In silico analysis using different tools is found to be very useful in developing biologic-based therapeutics for different diseases, exploring different genetic information. Further, the computational approach was also found to be helpful in identifying novel potential inhibitors for MTB drug targets and also useful in TB diagnosis to predict drug resistance. Data mining for MTB H37 Rv strain in DEG database yielded 614 essential genes. Of 614 genes, 301 genes were found to be affecting molecular function (MF) of MTB; 274 genes were found to be actively involved in biological process of MTB; 156 genes were found in various cellular component of MTB; 282 genes were available acting as proteins of various protein classes when casted for functional annotation using PANTHER database. From the available functionally annotated genes from PANTHER database, we filtered 79 multifunctional genes accounting for MF, cellular component, and protein class and involved in biological processes of MTB using Venny. Seventy-nine gene products were subjected to NCBI BLAST against H. sapiens Refseq protein query database which resulted in 30 filtered MTB gene products nonhomologous to H. sapiens. Of 30 gene products, we further shortlisted only 15 proteins those having query coverage and similarity both >70%.
These filtered 15 proteins then undergone molecular modeling using Phyre2 server. Then, we performed the quality analysis of the protein structure using ProSA-web, ProQ, and ProCheck and observed that these protein structures were of good quality based on Ramachandran plot analysis, LGscore, and Z-score [Table 1] Z-plot, Energy Plot, and Ramachandran Plots of all the proteins are shown in [Figure 1].
|Table 1: Protein quality analysis results obtained using ProSA-web, ProQ, and ProCheck|
Click here to view
|Figure 1: Z-plot, Energy Plot, and Ramachandran Plot of (a) AcpM, (b) AroF, (c) Ask, (d) AtpE, (e) DdlA, (f) HisA, (g) NadE, (h) PanC, (i) RibH, (j) RplE, (k) RplW, (l) RpsE, (m) RpsS, (n) TrpA, (o) TrpB, [a1,b1,...:Z-plot; a2,b2,....:Energy Plot; a3,b3,....: Ramachandran Plot of corresponding protein (a,b,...)]|
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Further, detailed information on protein name, function, and pathways of 15 proteins are given in [Table 2]. We searched for active site/binding site of the 15 proteins in UniProt database where we found that active sites for 8 proteins (Rv2540c, Rv3709c, Rv2981c, Rv1603, Rv2438c, Rv3602c, Rv1416, and Rv1613) were available. Hence, active sites for other 7 proteins (Rv2244, Rv1305, Rv0705, Rv0721, Rv1612, Rv0703, and Rv0716) were predicted using 3DLigandSite server. We advanced further for virtual screening of 15 proteins with 148 ligands using AutoDock Vina software.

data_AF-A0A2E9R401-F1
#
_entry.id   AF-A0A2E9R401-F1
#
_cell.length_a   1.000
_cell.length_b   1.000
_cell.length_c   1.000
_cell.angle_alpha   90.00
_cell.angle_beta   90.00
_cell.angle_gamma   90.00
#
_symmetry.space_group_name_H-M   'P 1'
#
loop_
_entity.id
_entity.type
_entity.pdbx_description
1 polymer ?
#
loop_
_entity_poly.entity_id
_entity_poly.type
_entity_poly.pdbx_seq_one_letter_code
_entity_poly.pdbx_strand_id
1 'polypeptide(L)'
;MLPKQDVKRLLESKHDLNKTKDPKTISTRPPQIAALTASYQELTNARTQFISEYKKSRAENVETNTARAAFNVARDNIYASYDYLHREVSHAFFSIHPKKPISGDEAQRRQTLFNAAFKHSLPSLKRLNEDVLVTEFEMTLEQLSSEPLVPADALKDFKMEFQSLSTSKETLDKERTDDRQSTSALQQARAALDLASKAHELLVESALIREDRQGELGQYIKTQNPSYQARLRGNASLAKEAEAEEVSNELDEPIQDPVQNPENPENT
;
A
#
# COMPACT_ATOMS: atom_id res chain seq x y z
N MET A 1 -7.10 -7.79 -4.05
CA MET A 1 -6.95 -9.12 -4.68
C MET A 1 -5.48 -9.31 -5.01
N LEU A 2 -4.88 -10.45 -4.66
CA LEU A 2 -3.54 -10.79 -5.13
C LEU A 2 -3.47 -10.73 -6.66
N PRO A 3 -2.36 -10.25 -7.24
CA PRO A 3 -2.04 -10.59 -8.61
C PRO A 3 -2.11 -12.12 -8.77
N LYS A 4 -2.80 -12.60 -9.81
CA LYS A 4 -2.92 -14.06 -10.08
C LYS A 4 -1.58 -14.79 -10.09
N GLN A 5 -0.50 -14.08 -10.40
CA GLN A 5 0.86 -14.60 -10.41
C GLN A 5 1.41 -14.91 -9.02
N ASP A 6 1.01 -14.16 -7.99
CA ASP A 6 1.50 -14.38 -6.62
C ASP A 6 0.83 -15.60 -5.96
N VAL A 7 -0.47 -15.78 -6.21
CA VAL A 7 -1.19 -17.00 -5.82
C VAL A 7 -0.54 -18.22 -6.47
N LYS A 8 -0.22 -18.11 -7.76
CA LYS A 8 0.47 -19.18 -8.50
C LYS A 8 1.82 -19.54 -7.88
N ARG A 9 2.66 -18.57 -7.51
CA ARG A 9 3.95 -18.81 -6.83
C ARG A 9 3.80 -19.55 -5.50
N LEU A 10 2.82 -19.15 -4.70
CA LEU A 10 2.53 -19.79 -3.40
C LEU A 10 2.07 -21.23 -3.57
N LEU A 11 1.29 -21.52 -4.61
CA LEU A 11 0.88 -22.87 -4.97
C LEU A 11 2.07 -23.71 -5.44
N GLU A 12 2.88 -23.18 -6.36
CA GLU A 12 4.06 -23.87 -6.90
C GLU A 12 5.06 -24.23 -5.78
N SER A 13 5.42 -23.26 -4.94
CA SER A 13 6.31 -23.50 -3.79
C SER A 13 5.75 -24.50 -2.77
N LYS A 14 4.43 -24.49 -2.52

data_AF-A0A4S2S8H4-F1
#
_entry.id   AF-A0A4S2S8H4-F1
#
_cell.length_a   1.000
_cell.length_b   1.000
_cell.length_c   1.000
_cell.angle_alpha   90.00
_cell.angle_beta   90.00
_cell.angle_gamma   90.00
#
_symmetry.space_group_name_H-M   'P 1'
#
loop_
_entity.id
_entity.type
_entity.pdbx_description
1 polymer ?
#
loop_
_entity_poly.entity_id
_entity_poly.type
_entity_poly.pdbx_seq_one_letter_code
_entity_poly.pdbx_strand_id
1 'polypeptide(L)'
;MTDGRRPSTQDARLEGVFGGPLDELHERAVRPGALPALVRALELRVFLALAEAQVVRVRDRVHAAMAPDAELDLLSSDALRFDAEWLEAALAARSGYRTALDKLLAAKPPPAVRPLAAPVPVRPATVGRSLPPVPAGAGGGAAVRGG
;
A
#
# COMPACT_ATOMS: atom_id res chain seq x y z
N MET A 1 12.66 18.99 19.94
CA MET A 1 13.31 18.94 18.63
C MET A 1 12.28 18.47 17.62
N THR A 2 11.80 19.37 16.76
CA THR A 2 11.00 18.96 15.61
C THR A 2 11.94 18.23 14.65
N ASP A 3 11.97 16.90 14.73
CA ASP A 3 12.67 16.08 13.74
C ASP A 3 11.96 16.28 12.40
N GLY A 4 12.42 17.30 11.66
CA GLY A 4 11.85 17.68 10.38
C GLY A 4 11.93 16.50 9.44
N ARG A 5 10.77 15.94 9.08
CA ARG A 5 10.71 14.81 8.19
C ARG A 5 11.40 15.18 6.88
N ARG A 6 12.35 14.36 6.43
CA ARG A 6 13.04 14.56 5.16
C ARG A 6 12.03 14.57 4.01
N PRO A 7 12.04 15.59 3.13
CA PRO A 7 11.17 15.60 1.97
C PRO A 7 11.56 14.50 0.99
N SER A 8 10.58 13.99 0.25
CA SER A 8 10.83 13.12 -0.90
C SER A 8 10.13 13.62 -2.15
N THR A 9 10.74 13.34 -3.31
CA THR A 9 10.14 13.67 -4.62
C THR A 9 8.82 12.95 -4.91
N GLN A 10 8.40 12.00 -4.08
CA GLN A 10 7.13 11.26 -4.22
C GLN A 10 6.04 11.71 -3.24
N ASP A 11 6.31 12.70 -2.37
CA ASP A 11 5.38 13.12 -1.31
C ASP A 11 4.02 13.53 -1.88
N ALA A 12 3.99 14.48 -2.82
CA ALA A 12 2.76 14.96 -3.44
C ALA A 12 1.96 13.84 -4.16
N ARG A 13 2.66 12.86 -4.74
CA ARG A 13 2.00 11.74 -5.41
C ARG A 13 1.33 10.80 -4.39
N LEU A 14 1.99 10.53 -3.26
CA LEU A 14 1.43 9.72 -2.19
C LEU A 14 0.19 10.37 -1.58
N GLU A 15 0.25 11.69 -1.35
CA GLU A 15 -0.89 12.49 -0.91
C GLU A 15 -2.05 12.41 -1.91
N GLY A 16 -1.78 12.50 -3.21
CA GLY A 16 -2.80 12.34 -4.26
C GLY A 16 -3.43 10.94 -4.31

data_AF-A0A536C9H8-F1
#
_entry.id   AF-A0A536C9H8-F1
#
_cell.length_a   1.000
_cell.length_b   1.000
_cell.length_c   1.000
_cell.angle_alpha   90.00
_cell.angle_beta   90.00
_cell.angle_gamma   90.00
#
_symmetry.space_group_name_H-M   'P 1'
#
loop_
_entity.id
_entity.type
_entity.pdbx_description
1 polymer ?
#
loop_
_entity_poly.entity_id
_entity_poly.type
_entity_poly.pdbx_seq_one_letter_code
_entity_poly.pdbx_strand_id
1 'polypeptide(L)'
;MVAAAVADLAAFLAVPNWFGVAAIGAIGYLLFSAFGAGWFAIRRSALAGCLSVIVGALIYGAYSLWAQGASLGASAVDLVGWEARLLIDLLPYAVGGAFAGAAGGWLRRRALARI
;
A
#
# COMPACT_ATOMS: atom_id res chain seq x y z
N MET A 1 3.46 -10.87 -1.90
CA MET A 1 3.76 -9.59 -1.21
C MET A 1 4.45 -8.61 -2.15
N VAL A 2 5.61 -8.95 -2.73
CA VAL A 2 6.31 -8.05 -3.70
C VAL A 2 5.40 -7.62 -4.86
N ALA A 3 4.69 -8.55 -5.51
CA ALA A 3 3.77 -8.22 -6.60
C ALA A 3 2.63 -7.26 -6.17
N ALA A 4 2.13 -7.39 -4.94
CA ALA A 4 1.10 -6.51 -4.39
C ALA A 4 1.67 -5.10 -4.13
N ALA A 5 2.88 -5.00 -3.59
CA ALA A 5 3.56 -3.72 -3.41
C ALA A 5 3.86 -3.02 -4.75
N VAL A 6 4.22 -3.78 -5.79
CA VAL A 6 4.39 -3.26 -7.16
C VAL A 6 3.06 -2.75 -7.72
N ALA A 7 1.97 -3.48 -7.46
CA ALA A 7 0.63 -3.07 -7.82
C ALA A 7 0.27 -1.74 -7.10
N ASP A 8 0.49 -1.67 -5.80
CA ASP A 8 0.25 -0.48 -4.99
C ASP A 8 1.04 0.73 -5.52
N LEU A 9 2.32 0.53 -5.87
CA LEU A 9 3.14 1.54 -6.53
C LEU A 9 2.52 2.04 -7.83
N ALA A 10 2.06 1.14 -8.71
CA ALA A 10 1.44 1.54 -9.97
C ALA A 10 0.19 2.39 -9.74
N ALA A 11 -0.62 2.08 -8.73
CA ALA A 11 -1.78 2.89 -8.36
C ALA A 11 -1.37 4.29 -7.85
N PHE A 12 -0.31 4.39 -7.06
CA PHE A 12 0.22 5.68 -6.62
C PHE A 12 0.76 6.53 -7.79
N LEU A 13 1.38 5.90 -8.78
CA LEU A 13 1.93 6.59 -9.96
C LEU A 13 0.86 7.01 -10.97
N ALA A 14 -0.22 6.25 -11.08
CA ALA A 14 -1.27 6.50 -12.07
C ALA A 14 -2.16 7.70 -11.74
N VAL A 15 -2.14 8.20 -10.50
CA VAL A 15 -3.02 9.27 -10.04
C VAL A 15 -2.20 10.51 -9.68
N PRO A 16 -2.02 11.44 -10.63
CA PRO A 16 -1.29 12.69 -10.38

|Table 2: Protein/Gene ID, protein name, function, and pathway information of Mycobacterium tuberculosis drug targets|
Click here to view
This study revealed that 8 of 148 ligands had good interaction with proteins with the lowest binding energy and IUPAC name, CAS registry number and molecular weight of these 8 ligands are given in [Table 3].
|Table 3: Selected natural compounds reported to use against Mycobacterium tuberculosis|
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In our in silico study, we observed that taraxerol inhibits AcpM with binding energy of − 7.2 Kcal/mol [Table 4]. It is interacting with the receptor by forming three hydrogen bonds [Figure 2]a. AcpM is an acyl carrier protein (ACP) reported to involve in meromycolate extension and associated with different pathways of MTB such as fatty acid biosynthesis, fatty acid metabolism, lipid biosynthesis, and lipid metabolism. Further, it is also reported that the ACP domain forms an integral part of the polypeptide, required for fatty acid biosynthesis.
|Table 4: Polar contacts information from in silico study between ligands and proteins|
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|Figure 2: Ligand–protein interaction of (a) taraxerol-AcpM, (b) carpaine-AroF, (c) amentoflavone-Ask, (d) 13-bromo-tiliacorinine-AtpE, (e) amentoflavone-DdlA, (f) artonin F-HisA, (g) carpaine-NadE, (h) amentoflavone-PanC, (i) 13-bromo-tiliacorinine-RibH, (j) 2-nortiliacorinine-RplE, (k) amentoflavone-RplW, (l) 2-nortiliacorinine-RpsE, (m) diospyrin-RpsS, (n) bonianic acid B-TrpA, (o) amentoflavone-TrpB|
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Further, it was observed that carpaine interacted with AroF with the lowest binding energy and had polar contact of 2.7 Š at ARG135 residue of the receptor [Figure 2]b. It is reported that AroF is involved in phenylalanine, tyrosine, and tryptophan biosynthesis; metabolic pathways; biosynthesis of secondary metabolites; biosynthesis of antibiotics; and biosynthesis of amino acids. It is also reported that DNA amplification of AroF-encoded CS from MTB (MtCS) shows that CS is bifunctional.
Our virtual screening study revealed that amentoflavone inhibits Ask with binding energy of −9.9 Kcal/mol [Figure 2]c. The amino acid residues THR156, LEU214, LEU212, ALA205, and ARG355 of Ask protein were formed polar contact with amentoflavone during ligand–protein interaction. It is also reported that catalysis of phosphorylation of the beta-carboxyl group of aspartic acid with ATP is done by Ask to yield 4-phospho-L-aspartate, which is involved in the branched biosynthetic pathway leading to the biosynthesis of amino acids lysine, threonine, isoleucine, and methionine. Further, biosynthesis of aspartate family amino acids, including lysine, threonine, isoleucine, and methionine is also catalyzed by this aspartate kinase (Ask) protein of MTB.